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Tripod 3 section or 4 section

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    Natzdad
    Natzdad  529 forum posts United Kingdom2 Constructive Critique Points
    13 Sep 2012 - 12:56 PM

    I am at the moment looking to purchase a decent tripod,the more I look the more questions I have.
    The model I am looking at has the choice of 3 section legs or 4 section legs and at the same time a choice of geared centre section or none geared. I am at this moment in time swayed towards 3 section/geared. Does anyone have any advice that may help as this is not a cheap item and I wouldn't want to regret my purchase.

    Cheers Mick.

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    13 Sep 2012 - 12:56 PM

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    sherlob
    sherlob e2 Member 82318 forum postssherlob vcard United Kingdom125 Constructive Critique Points
    13 Sep 2012 - 1:16 PM

    In my opinion you need to start by thinking how you will use the tripod, and for what subjects. Then come to a must have feature list...

    In my experience the 3 legged versions are sturdier, but have the limitation of increased size and weight. Sturdiness in all weathers take priority for me unless i am forced to travel light. In my photography I'm often shooting very close the ground and the last couple of years I have taken to using a shortened column to allow me get lower to the ground. This option for me is now essential. A geared column is never something I have needed, but very occasionally I do make use of being able to move the centre column on to a horizontal axis so I like to have this as a desirable feature.

    Hope this helps...

    Pete
    Pete Site Moderator 1318442 forum postsPete vcard ePz Advertiser England96 Constructive Critique Points
    13 Sep 2012 - 1:22 PM

    3 section is quicker to extend and sturdier but either shorter in max height or longer when collapsed (or both). I prefer none geared as it's far quicker to get from one height to another, but Adam has a good point about micro adjustments when using the column as a horizontal macro arm. Although you could add a focus rail which is even more precise. So adjust using the non geared column to roughly the correct point and then the focus rail for fine tuning.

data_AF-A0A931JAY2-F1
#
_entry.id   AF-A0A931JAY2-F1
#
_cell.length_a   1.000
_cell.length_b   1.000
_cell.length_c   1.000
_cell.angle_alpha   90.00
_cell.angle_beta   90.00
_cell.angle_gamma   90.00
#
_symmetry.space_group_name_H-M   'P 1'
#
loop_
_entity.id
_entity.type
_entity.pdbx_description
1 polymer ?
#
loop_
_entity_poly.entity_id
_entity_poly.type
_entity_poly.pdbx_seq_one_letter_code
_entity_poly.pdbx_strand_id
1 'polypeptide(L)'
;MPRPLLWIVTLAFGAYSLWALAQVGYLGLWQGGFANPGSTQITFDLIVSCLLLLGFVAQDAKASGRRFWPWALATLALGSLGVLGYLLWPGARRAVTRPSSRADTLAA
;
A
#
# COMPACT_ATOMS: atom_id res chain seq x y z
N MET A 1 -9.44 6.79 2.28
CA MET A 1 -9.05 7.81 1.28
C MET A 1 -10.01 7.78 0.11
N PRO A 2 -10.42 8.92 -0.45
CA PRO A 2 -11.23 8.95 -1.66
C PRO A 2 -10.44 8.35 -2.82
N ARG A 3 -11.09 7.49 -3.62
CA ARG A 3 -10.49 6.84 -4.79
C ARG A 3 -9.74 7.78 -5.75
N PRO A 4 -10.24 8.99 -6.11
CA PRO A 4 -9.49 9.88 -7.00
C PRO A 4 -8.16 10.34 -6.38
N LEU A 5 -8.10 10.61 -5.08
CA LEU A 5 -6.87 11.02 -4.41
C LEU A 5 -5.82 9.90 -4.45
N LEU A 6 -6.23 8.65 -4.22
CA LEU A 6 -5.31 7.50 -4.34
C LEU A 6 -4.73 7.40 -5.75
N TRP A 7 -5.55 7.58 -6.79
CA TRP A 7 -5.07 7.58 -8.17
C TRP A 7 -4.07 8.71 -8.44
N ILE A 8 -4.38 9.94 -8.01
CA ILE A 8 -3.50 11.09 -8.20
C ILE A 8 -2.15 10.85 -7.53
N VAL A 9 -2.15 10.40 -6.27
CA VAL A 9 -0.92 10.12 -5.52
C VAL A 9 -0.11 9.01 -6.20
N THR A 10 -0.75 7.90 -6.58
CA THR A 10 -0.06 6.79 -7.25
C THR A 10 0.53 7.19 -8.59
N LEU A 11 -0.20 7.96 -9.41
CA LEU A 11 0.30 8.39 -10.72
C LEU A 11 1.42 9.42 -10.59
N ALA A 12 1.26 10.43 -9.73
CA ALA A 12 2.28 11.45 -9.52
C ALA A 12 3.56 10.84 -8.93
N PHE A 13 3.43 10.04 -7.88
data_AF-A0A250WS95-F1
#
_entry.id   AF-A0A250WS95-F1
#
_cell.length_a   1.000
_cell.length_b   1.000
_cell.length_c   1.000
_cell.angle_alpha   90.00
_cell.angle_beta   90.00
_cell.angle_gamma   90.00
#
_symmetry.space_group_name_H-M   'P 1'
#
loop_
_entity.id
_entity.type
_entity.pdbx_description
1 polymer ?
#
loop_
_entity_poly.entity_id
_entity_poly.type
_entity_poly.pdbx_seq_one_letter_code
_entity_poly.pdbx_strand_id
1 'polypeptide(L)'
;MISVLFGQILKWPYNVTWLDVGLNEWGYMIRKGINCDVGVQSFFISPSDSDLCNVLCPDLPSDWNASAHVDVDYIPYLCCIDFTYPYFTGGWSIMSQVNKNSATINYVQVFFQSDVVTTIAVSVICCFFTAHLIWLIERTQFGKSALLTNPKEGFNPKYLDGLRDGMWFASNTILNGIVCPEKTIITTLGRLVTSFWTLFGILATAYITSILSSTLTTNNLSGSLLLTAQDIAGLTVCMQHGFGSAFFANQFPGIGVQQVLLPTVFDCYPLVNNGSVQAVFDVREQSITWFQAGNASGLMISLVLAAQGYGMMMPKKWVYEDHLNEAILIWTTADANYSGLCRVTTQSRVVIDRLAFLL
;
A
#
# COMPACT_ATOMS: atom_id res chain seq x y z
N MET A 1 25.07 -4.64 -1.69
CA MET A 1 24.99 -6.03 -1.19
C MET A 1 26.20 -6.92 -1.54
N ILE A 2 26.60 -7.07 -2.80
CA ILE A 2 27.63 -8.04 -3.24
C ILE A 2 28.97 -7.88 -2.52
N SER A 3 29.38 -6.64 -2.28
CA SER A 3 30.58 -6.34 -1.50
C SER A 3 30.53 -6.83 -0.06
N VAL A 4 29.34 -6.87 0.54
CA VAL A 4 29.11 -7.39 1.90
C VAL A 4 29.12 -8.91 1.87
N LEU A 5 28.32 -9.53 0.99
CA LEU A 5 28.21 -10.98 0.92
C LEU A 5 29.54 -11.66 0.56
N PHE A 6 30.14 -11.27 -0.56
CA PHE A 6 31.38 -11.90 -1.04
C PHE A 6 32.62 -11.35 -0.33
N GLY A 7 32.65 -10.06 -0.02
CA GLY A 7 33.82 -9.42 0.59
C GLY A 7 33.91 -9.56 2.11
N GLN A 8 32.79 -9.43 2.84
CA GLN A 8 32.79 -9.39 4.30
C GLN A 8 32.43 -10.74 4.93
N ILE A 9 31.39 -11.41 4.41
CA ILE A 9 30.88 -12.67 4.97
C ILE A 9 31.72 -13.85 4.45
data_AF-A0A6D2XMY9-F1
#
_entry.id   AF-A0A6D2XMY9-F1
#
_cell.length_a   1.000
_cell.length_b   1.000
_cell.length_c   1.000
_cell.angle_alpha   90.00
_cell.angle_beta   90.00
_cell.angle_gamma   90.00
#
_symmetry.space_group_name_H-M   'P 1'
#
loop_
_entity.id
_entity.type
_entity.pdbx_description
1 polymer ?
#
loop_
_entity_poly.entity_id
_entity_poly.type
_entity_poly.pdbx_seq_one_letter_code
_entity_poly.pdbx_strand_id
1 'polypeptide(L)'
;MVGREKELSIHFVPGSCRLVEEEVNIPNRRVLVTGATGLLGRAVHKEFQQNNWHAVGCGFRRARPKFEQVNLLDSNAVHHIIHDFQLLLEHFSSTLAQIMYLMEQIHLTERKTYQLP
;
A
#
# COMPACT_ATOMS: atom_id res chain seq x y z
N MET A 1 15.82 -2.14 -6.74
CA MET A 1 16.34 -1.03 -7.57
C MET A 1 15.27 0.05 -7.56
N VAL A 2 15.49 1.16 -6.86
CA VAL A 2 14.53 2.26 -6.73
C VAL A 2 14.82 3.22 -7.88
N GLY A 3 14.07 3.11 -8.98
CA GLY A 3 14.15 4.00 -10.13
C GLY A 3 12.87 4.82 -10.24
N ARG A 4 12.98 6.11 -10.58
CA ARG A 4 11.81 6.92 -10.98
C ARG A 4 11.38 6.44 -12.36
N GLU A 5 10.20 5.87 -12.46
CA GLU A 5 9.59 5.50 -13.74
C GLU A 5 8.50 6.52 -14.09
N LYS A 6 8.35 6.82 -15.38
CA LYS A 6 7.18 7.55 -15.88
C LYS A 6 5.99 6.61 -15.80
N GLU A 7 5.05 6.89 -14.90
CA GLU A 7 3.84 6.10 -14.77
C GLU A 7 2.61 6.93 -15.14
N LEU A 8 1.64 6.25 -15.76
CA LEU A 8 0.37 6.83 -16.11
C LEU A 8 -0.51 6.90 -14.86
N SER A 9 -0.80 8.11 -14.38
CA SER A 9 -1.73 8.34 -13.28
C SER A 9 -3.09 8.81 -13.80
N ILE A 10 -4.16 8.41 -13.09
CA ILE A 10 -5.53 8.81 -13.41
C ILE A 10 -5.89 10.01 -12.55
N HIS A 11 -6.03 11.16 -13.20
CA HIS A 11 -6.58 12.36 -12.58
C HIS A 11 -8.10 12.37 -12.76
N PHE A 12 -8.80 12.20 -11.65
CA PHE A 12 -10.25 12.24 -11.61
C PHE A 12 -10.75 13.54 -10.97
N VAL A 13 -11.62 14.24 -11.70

icphoto
    icphoto  131348 forum posts England
    13 Sep 2012 - 1:23 PM

    The less moving/sliding parts you have the sturdier it will be. I would go for 3 sections and no geared centre column. Also check the maximum weight it will hold, add a suitable head - again check what weight the head will carry, check the weight of your camera/lens combo - no use mounting a heavy pro spec DSLR fitted with a huge optic on a tripod that will only support say 4kg. Hope this helps.Wink

    robthecamman
    13 Sep 2012 - 1:24 PM

    how tall are you?or you want to stand on a chair to use it maybeSmile

    Natzdad
    Natzdad  529 forum posts United Kingdom2 Constructive Critique Points
    13 Sep 2012 - 1:59 PM

    Hi everyone ,
    Thank you all for your quick response and helpful advice. first thing I have done is check the heaviest weight I would be using on this tripod, and that amazingly came to 4-5kg,note taken,I am 6ft tall and I don't at the moment do any macro work,so strength and sturdiness in height, (3 leg section required.) the centre column,I think I will go for geared as when using my telephoto lens I think I would have better control over the column,once again thanks, I will mull all this information over again and hope to come out with a tripod to suit my individual needs.......Mick

    mikehit
    mikehit  56338 forum posts United Kingdom9 Constructive Critique Points
    13 Sep 2012 - 4:42 PM

    If you are going to carry the strapped to a backpack, the 4-section pods generally collapse smaller so are more stable. The payback is that the bottom-most section is narrower so less stable.
    As a general rule, try and avoid using the centre column because this turns the tripod into a monopod and is less stable in windy conditions. If you want to avoid bending over too much there are lesser-known brands (Induro is one) that are taller than most but you do pay for it! Interestingly the Velbon Ultra-RexiL is slightly taller than my Manfrotto 190XProB even though it collapses smaller (and is lighter).